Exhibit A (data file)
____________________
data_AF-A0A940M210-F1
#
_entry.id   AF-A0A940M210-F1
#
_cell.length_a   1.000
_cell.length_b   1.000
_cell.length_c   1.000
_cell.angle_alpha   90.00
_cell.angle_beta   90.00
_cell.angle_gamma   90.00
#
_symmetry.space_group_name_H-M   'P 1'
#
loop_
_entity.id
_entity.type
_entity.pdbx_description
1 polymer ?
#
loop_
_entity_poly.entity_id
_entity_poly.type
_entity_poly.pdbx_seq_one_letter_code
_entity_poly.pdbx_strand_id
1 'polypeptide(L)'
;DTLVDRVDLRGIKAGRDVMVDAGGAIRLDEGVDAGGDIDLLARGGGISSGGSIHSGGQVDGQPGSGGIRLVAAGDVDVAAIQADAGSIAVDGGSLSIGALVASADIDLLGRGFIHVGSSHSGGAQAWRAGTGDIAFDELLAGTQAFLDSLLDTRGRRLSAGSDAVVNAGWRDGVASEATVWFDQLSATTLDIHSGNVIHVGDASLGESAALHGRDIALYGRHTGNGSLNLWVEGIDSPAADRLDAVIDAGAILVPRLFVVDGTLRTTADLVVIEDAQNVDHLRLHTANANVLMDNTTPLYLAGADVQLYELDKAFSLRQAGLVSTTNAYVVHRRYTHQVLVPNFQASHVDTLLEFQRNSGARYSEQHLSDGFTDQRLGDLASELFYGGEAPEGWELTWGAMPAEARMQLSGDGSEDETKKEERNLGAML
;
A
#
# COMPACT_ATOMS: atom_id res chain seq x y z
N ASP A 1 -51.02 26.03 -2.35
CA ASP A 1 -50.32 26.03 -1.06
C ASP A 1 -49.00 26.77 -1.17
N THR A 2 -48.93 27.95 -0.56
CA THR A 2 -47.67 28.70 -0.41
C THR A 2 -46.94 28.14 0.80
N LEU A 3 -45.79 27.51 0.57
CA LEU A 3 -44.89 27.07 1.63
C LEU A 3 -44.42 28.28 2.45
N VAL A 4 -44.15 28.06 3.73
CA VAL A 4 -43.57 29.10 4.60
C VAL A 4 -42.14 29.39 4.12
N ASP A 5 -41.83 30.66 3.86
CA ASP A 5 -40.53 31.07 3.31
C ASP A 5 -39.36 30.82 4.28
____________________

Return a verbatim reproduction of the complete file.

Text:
data_AF-A0A940M210-F1
#
_entry.id   AF-A0A940M210-F1
#
_cell.length_a   1.000
_cell.length_b   1.000
_cell.length_c   1.000
_cell.angle_alpha   90.00
_cell.angle_beta   90.00
_cell.angle_gamma   90.00
#
_symmetry.space_group_name_H-M   'P 1'
#
loop_
_entity.id
_entity.type
_entity.pdbx_description
1 polymer ?
#
loop_
_entity_poly.entity_id
_entity_poly.type
_entity_poly.pdbx_seq_one_letter_code
_entity_poly.pdbx_strand_id
1 'polypeptide(L)'
;DTLVDRVDLRGIKAGRDVMVDAGGAIRLDEGVDAGGDIDLLARGGGISSGGSIHSGGQVDGQPGSGGIRLVAAGDVDVAAIQADAGSIAVDGGSLSIGALVASADIDLLGRGFIHVGSSHSGGAQAWRAGTGDIAFDELLAGTQAFLDSLLDTRGRRLSAGSDAVVNAGWRDGVASEATVWFDQLSATTLDIHSGNVIHVGDASLGESAALHGRDIALYGRHTGNGSLNLWVEGIDSPAADRLDAVIDAGAILVPRLFVVDGTLRTTADLVVIEDAQNVDHLRLHTANANVLMDNTTPLYLAGADVQLYELDKAFSLRQAGLVSTTNAYVVHRRYTHQVLVPNFQASHVDTLLEFQRNSGARYSEQHLSDGFTDQRLGDLASELFYGGEAPEGWELTWGAMPAEARMQLSGDGSEDETKKEERNLGAML
;
A
#
# COMPACT_ATOMS: atom_id res chain seq x y z
N ASP A 1 -51.02 26.03 -2.35
CA ASP A 1 -50.32 26.03 -1.06
C ASP A 1 -49.00 26.77 -1.17
N THR A 2 -48.93 27.95 -0.56
CA THR A 2 -47.67 28.70 -0.41
C THR A 2 -46.94 28.14 0.80
N LEU A 3 -45.79 27.51 0.57
CA LEU A 3 -44.89 27.07 1.63
C LEU A 3 -44.42 28.28 2.45
N VAL A 4 -44.15 28.06 3.73
CA VAL A 4 -43.57 29.10 4.60
C VAL A 4 -42.14 29.39 4.12
N ASP A 5 -41.83 30.66 3.86
CA ASP A 5 -40.53 31.07 3.31
C ASP A 5 -39.36 30.82 4.28